The common denominator there is that this kind of scientific progress is against the interests of key corporate sectors. Spinwatch has also recently reported on how their traditional ‘anti-Imperialist’ position on colonial struggles has degenerated into a position that attacks those offering solidarity to the Palestinian people. Overall, what we see from the very earliest days of the RCT to the antics of the various tentacles of the LM network now, is consistent in the sense that it involves attacking the left and progressive movements. However, the increasingly close relationship between the LM network and corporate lobby groups and neoliberal and neoconservative think tanks, suggests that it might be more accurate to see them not as libertarian iconoclasts, but simply as another faction of the British conservative movement.”

I am not convinced that the above politicising of the design debate is the best way forward. It just makes our discipline another battleground of a wider culture clash, whereas I see design more as a problem solving tool. I also disagree with their deep faith in the power of economic growth, but leave it to brighter minds – like John Thackara and others – to develop this criticism.

UPDATE: John commented here and here.

Be the first to share
25 May 2016
[Book] The Fourth Revolution: How the Infosphere is Reshaping Human Reality
The Fourth Revolution: How the Infosphere is Reshaping Human Reality by Luciano Floridi Oxford University Press, 272 pages Reprint edition (May 17, 2016) Who are we, and how do we relate to each other? Luciano Floridi, one of the …
19 May 2016
Transition design as postindustrial interaction design
The School of Design at Carnegie Mellon University has started talking about 'Transition Design.' In his long reflection about this new kind of design practice, Cameron Tonkinwise, CMU's Director of Design and Doctoral Studies, writes: Transition refers …
30 April 2016
The Internet of Things needs design, not just technology
Scott A. Nelson and Paul Metaxatos write that, as B2C companies rush to exploit new IoT applications, pushing technology to potential end users no longer works. Increasingly, the pull of user experience will drive market …
25 April 2016
How city design is adapting to older populations
As cities experience a demographic shift, the need for age-friendly design is becoming ever more critical. From almshouses to driverless cars, the future of urban housing and mobility may just be shaped for and by …
24 April 2016
[Book] The Politics of Design
The Politics of Design: A (Not so) Global Manual for Visual Communication By Ruben Pater BIS Publishers May 2015 Many designs that appear in today’s society will circulate and encounter audiences of many different cultures and languages. With communication …
19 April 2016
Co-creating policy and public services in Ireland
Governments, public sector and community organisations are addressing increasingly complex challenges such as the ageing society, climate change, sustainable behaviour change, youth unemployment, impacts of austerity, health, housing and homelessness. They are doing this at a …
14 April 2016
Anthropology is not only undersold, it’s misunderstood
Dr. John Sherry, Director of Business Innovation Research at Intel, says in an long profile on Epicpeople that anthropology is not only undersold, but also misunderstood: People too often talk about ethnography as a tool for …
12 April 2016
The latest on innovation in Energy Efficient Buildings: annual round-up of EU Commission projects
Every year, the Energy-efficient Buildings (EeB) Public Private Partnership (PPP) publishes the EeB PPP project review - a round-up of energy-efficiency projects that have been co-funded by two European Commission schemes. This year, the print …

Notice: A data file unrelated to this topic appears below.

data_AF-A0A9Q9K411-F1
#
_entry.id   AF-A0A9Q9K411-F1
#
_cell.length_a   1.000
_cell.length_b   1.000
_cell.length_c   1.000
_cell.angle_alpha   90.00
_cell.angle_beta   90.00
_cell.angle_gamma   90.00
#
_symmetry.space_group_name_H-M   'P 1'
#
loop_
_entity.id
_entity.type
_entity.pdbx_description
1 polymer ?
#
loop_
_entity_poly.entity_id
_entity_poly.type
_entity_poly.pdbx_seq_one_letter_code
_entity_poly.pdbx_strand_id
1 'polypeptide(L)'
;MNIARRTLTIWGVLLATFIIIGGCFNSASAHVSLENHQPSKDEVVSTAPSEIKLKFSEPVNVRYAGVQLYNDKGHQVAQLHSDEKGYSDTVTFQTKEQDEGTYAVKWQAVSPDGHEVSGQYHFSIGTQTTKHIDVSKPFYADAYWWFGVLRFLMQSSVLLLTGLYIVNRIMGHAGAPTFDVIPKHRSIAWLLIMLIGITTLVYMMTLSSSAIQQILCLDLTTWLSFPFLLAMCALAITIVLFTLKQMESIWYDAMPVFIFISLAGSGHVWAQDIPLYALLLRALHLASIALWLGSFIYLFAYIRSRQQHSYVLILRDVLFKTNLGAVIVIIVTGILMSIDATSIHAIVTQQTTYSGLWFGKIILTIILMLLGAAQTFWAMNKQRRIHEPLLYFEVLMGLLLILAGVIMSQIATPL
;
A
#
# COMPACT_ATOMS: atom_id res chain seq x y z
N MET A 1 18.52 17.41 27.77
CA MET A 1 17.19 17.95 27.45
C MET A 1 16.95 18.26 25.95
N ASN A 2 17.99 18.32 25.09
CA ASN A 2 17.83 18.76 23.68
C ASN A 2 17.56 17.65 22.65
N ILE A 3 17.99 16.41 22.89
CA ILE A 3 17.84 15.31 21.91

We are an international experience design consultancy helping companies and organisations to innovate their products, services and processes by putting people and their experiences first.

23 May 2016
Experientia white paper: “Conducting clinical trials is about working with patients”

Patient-centricity is one of the defining issues facing clinical trials in the pharma industry. The past few years have seen a growing awareness by pharmaceutical companies of the importance of patient-centricity – but they have also illustrated that not everyone is clear on just what patient-centricity is, or how to achieve it. After using UX […]

12 April 2016
The latest on innovation in Energy Efficient Buildings: annual round-up of EU Commission projects

Every year, the Energy-efficient Buildings (EeB) Public Private Partnership (PPP) publishes the EeB PPP project review – a round-up of energy-efficiency projects that have been co-funded by two European Commission schemes. This year, the print and digital booklet design was done by Experientia, in particular by our talented visual and interaction designer Dohun Jang. Experientia […]

8 March 2016
Behavioral modeling – Shaping cultural change and behavioral evolution

One of the things we do here at Experientia that really sets us apart from other UX agencies is behavioral modeling. Our cognitive and behavioral models go beyond the standard customer journeys and personas (both useful tools, and often preliminary steps to behavioral modeling) to create frameworks that can be used to make people more […]

1 March 2016
Singapore’s main newspaper on Experientia’s design with the elderly

Arti Mulchand reports in the Straits Times, Singapore’s main newspaper, on Experientia’s “Design for Ageing Gracefully” project: Putting faces to end-users early in the design process is changing the way designers and organisations are approaching products aimed at Singapore’s growing elderly demographic. Experientia’s ethnographic study, which was commissioned by DesignSingapore Council in a collaboration with […]

18 January 2016
Experientia website completely reshaped

Experientia is pleased to announce that we’ve started 2016 with a brand new website. Experientia’s now officially 10 years old, and we decided that the best way to celebrate is by building a new website that showcases our growth – with new projects, new people in the staff, and two new locations in Lausanne and […]

1 January 2016
For when things get personal…
See all articles